The Brigade was reformed, under the protection of the 2nd Prussian Regiment, which now advanced from the reserve, boldly encountered the French, and aided by the effective fire of the Foot Battery No. 10, stemmed the further progress of the French, and thus gained time for the remaining Battalions to reform in rear of Wagnelée. Upon the advance, however, of a French column towards its left flank, it fell back as far as the entrance into the village.
The French now renewed their attacks upon Saint-Amand-la-Haye, and made their appearance simultaneously in front and in both flanks of that village. The fighting again became desperate.
The 2nd Brigade (Pirch II's) had exhausted both its ammunition and its strength, when Blücher pushed forward the 3rd Battalion of the 28rd Regiment (from the 8th Brigade — Colonel Langen's), and soon afterwards the 3rd Battalion of the 9th Regiment, together with the whole of the 26th Regiment (from the 6th Brigade — Greneral Keafft's); whereupon General Pirch withdrew his battalions, which had suffered so severely, to the rear of Brye.
The Foot Battery No. 3, belonging to Birch's Brigade, had at an earlier period moved to its left, and had taken up a position near the quarries on the right of Ligny, by the side of the Foot Battery No. 8, of Jagow's Brigade.
While the contest for the villages in front of the right of the Prussian position continued, so too did the fighting in and around Ligny. After the Prussians repelled the French at Ligny which left the Prussian 4th Brigade (Donnersmarck's) in possession of the village supported by the 3rd Brigade (General Jagow's); the 1st and 2nd Battalions of the 7th Regiment (of Jagow's Brigade) were ordered to traverse the village, and to advance in column against the French. Just as they debouched, they found in their immediate front, several French Battalions, in close column, moving directly against the village.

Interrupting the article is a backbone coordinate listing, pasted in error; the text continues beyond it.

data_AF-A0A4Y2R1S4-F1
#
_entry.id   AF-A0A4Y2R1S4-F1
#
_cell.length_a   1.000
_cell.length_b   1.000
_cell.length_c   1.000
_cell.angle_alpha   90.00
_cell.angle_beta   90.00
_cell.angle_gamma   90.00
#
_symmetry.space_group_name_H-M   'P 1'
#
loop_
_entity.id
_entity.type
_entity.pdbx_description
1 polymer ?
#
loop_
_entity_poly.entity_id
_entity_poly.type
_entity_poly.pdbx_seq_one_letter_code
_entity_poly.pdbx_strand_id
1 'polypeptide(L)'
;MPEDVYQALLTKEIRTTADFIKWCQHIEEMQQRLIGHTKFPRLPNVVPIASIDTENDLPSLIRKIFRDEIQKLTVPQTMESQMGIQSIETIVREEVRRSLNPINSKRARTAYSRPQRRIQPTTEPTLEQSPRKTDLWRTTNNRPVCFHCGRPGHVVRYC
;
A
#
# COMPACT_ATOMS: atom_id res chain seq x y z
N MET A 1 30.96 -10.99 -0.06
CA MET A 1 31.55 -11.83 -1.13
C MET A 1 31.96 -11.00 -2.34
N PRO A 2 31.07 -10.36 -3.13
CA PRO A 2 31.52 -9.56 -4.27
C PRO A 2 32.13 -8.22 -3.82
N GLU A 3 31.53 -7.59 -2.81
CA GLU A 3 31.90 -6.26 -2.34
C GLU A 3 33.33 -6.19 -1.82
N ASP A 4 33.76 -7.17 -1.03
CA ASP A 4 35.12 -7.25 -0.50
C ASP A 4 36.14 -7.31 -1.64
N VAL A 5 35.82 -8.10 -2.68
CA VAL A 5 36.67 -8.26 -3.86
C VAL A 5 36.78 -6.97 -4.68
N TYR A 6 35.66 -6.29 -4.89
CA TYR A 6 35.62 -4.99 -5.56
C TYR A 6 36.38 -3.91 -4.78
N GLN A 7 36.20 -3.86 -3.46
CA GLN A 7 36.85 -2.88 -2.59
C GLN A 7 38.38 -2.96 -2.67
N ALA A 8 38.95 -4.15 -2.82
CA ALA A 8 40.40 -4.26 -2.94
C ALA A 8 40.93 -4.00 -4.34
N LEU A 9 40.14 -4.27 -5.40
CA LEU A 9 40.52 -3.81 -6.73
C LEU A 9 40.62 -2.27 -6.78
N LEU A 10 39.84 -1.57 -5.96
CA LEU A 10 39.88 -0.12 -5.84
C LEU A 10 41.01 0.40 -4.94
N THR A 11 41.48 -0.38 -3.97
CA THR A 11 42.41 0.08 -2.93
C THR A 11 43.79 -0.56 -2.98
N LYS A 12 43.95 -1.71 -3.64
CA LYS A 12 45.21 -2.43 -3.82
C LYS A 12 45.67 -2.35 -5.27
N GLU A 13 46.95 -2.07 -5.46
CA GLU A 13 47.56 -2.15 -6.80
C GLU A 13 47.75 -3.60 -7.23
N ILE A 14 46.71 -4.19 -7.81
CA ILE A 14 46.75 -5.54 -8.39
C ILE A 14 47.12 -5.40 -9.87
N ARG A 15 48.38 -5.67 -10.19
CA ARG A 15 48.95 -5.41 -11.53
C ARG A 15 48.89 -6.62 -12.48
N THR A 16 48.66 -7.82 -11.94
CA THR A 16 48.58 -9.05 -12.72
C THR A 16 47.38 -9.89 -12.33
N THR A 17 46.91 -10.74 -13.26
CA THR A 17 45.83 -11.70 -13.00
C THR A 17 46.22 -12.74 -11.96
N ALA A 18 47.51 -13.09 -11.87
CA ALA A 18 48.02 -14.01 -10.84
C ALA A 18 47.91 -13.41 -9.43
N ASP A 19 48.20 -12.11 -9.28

Both parties at once came to a halt; the Prussians without being able to deploy in the defile, and the French without attempting to do so, probably unwilling to lose the time which such a movement would require.
An exchange of musketry started which lasted half an hour, and caused much loss. Other Prussian battalions now hastened across the village, but all at once, a rumour flew rapidly among them, that the French were in possession of the Churchyard, and in a moment several muskets were aimed in that direction, and either thoughtlessly or nervously discharged. Those battalions that were in front, at the outlet of the village, became alarmed by this unexpected firing in their rear. At the same time, a discharge of grape, from some guns suddenly brought forward by the French, in their immediate front, augmented their confusion, and they retreated. They were closely pursued by the French, whose skirmishers made a dash at the colour of the 2nd Battalion of the 7th Regiment, which they would have captured but for a very determined defence.
General Krafft, from whose Brigade (the 6th) five battalions had already been detached, namely, four for the defence of Saint-Amand-la-Haye, and one in aid of that of Ligny, now received Blücher's order with his remaining four battalions (the 1st and 2nd of the 9th, and the 1st and 3rd of the 1st Elbe Landwehr), to drive the French out of Ligny.